November 2009

Alzheimer’s Treatment and Caregiver Support Act Introduced in Congress

Congresswoman Maxine Waters (D-CA) introduced the Alzheimer’s Treatment and Caregiver Support Act (H.R. 4123) in the U.S. House of Representatives this month.  The goals of this legislation are to improve treatment services for Alzheimer’s patients and to expand support and education networks for caregivers.  Provisions in the bill would increase grants to both public and not-for-profit groups that provide integrated and comprehensive treatment services to those suffering from Alzheimer’s and dementia, particularly in underserved communities.  The bill is supported by more than 50 cosponsors in the House, and similar legislation was introduced by Senator Kirsten Gillibrand. Alzheimer’s disease currently affects 5.3 million Americans.  The introduction of these bills is an example of growing awareness on Capitol Hill for the devastating impact Alzheimer’s disease has on patients and their families and the need for urgent action to help relieve these burdens.

To read Congresswoman Waters’ bill, click here.

2009 National Memory Screening Day Promoted Alzheimer’s Disease Awareness

The 7th annual National Memory Screening Day was held on November 17, 2009.  Across the country, healthcare professionals provided confidential screenings and educational materials at community sites.    Senator Herb Kohl (D-WI), Chairman of the Senate Aging Committee, released a statement encouraging Americans to make use of the free screenings offered on this day and reiterating Congress’s commitment to finding a cure for Alzheimer’s. A piece by AFA CEO Eric Hall was published in The Huffington Post highlighting the specific benefits of these memory screening events.  According to Hall, “A memory screening is really just a simple and safe evaluation tool that assesses memory and other intellectual functions and indicates whether additional testing is necessary.”“ The AFA’s aim is to emphasize prevention and healthy aging through the memory screening events, while addressing the inadequacies that exist in our healthcare system for detecting the early signs of dementia.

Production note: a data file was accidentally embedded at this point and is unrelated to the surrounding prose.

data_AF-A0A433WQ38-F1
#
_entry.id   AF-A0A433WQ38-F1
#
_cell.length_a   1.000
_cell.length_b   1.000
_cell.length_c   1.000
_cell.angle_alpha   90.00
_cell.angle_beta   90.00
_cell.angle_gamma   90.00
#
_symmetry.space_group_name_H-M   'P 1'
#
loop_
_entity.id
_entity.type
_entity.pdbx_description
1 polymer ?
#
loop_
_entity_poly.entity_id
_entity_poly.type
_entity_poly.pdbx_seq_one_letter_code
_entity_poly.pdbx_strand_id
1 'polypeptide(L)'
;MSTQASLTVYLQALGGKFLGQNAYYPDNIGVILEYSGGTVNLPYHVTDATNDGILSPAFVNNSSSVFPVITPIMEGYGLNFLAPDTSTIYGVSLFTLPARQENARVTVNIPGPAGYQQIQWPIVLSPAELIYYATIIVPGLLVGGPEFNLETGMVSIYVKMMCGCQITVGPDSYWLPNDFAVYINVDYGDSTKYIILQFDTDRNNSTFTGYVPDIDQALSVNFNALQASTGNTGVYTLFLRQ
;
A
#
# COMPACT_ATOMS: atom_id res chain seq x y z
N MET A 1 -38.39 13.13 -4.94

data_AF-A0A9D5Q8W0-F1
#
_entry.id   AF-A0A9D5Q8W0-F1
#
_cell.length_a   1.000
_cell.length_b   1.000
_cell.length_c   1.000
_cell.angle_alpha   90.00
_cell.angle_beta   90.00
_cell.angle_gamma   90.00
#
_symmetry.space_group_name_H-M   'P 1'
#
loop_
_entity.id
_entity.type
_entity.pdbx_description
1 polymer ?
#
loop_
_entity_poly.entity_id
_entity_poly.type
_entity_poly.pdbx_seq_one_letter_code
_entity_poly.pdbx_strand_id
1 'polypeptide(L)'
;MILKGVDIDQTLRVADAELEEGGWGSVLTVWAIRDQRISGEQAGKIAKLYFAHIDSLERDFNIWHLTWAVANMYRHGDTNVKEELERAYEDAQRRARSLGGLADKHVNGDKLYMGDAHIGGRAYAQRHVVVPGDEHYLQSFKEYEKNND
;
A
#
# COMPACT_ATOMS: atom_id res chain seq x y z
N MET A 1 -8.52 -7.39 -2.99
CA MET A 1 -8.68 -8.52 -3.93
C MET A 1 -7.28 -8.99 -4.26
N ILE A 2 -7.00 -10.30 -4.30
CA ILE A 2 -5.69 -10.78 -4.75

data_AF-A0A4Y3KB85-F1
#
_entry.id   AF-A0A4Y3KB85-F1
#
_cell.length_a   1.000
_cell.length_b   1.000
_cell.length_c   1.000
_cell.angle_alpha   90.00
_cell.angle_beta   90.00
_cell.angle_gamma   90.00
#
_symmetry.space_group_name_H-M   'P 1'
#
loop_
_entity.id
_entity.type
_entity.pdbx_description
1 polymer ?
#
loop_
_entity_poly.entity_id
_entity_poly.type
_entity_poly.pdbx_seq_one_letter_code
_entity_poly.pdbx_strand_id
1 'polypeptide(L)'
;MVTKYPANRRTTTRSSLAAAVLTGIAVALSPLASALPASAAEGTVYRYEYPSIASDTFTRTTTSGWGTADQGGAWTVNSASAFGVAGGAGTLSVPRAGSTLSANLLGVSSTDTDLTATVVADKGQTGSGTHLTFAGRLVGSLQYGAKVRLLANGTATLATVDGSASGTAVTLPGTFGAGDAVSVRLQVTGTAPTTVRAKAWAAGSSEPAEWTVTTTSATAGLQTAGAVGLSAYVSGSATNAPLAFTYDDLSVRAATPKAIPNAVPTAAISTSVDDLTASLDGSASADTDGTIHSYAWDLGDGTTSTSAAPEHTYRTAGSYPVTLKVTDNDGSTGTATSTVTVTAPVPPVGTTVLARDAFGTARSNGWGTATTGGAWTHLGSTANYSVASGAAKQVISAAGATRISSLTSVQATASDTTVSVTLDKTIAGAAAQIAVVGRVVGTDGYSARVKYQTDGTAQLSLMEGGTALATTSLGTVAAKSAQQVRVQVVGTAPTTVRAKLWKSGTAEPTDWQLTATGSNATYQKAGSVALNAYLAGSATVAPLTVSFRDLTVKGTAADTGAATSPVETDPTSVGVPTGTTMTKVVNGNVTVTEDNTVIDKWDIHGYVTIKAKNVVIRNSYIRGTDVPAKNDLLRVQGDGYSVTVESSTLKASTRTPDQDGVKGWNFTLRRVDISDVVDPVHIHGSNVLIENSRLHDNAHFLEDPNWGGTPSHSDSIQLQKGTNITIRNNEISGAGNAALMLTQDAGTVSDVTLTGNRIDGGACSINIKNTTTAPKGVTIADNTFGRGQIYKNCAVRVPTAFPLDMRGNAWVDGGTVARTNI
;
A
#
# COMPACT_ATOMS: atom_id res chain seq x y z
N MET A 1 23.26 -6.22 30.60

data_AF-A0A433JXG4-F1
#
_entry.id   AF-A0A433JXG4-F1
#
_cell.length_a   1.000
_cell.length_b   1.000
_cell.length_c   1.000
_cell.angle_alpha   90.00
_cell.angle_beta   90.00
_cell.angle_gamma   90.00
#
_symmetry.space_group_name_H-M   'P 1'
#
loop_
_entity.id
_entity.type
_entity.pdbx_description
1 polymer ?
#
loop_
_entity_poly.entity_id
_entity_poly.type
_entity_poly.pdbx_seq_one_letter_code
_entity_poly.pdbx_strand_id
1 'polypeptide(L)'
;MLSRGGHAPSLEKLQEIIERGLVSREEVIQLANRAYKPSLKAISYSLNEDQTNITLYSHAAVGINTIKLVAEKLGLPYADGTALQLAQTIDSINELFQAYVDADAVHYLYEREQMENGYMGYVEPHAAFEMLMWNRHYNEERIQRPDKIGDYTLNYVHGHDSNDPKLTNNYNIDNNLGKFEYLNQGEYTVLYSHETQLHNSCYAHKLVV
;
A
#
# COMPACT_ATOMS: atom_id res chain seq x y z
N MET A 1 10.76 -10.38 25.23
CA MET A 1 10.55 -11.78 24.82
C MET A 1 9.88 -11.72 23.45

To read the statement from Senator Kohl, click here.

To read the Huffington Post piece featuring Eric Hall, click here.